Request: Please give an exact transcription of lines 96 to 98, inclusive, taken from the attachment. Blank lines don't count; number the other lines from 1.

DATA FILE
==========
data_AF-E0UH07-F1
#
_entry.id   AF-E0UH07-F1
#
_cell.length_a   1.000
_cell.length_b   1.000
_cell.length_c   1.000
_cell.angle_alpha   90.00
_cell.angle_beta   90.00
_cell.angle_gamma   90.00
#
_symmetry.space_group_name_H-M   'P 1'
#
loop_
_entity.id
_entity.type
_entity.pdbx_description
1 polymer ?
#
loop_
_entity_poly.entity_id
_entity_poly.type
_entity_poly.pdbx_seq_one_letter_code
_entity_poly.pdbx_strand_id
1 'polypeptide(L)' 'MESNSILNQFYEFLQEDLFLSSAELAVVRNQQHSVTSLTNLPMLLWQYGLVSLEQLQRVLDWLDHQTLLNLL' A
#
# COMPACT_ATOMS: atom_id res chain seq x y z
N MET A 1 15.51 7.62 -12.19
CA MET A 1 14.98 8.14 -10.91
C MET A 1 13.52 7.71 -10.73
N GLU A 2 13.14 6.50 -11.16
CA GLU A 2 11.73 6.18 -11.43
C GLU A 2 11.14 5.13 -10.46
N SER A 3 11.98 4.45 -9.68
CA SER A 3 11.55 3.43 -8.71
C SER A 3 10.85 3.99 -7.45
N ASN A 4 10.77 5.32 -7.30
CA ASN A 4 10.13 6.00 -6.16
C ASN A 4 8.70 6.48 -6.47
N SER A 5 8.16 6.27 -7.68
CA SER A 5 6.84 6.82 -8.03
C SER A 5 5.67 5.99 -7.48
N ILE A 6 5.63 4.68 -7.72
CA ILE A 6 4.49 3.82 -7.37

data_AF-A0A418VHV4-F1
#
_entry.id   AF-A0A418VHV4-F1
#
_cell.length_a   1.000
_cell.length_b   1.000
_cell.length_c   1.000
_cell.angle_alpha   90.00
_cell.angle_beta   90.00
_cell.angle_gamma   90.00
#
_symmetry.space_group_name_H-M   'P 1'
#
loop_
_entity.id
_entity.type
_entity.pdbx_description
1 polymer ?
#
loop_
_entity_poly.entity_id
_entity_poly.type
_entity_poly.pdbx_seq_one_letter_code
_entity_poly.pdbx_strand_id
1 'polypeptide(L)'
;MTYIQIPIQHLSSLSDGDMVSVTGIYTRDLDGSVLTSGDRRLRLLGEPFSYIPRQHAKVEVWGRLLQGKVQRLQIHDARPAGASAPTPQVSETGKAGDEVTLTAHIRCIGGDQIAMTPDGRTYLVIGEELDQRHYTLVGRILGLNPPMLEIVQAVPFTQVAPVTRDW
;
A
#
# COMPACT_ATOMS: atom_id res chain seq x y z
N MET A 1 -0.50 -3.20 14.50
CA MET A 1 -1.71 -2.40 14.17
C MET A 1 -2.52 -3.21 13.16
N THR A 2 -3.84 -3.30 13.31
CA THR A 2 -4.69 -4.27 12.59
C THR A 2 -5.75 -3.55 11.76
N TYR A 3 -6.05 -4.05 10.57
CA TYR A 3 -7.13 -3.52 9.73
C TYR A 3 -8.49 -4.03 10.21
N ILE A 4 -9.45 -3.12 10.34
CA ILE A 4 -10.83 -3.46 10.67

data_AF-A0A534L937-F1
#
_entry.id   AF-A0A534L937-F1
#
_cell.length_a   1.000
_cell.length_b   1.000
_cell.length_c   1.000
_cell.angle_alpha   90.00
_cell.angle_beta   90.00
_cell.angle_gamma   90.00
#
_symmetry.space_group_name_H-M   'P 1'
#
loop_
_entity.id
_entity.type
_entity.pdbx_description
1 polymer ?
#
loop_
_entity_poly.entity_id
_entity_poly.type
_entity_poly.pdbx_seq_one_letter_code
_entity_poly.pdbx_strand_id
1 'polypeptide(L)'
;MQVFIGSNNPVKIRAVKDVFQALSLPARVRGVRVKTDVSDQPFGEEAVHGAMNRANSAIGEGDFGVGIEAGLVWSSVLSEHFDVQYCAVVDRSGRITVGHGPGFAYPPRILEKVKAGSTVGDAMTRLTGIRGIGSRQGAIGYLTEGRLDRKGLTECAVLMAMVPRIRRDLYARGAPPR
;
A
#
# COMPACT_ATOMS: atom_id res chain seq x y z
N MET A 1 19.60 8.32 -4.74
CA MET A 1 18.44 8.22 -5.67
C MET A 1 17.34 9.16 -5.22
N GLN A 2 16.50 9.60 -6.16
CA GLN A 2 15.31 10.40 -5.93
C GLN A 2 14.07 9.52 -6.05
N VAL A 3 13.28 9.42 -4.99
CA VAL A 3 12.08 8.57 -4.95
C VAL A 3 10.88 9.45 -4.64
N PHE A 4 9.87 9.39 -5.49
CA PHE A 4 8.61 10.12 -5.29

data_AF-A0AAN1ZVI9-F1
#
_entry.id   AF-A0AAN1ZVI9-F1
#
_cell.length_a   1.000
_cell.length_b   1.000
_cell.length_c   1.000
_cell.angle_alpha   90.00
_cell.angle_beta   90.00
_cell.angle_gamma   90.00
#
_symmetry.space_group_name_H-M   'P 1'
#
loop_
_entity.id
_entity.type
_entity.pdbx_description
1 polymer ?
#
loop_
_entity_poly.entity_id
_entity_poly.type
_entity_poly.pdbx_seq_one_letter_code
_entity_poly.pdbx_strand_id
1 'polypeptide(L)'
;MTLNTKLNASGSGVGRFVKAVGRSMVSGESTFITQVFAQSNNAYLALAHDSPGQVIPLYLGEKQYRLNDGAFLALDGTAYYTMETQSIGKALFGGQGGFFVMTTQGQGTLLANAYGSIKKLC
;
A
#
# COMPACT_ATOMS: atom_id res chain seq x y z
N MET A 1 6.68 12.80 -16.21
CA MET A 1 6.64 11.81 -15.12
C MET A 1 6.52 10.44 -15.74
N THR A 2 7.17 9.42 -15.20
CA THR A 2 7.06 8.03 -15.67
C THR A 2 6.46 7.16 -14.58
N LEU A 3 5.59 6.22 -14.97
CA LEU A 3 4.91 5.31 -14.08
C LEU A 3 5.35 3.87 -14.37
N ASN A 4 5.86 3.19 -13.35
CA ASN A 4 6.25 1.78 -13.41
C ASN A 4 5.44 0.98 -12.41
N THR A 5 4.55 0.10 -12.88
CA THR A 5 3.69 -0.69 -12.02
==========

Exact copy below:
#
_symmetry.space_group_name_H-M   'P 1'
#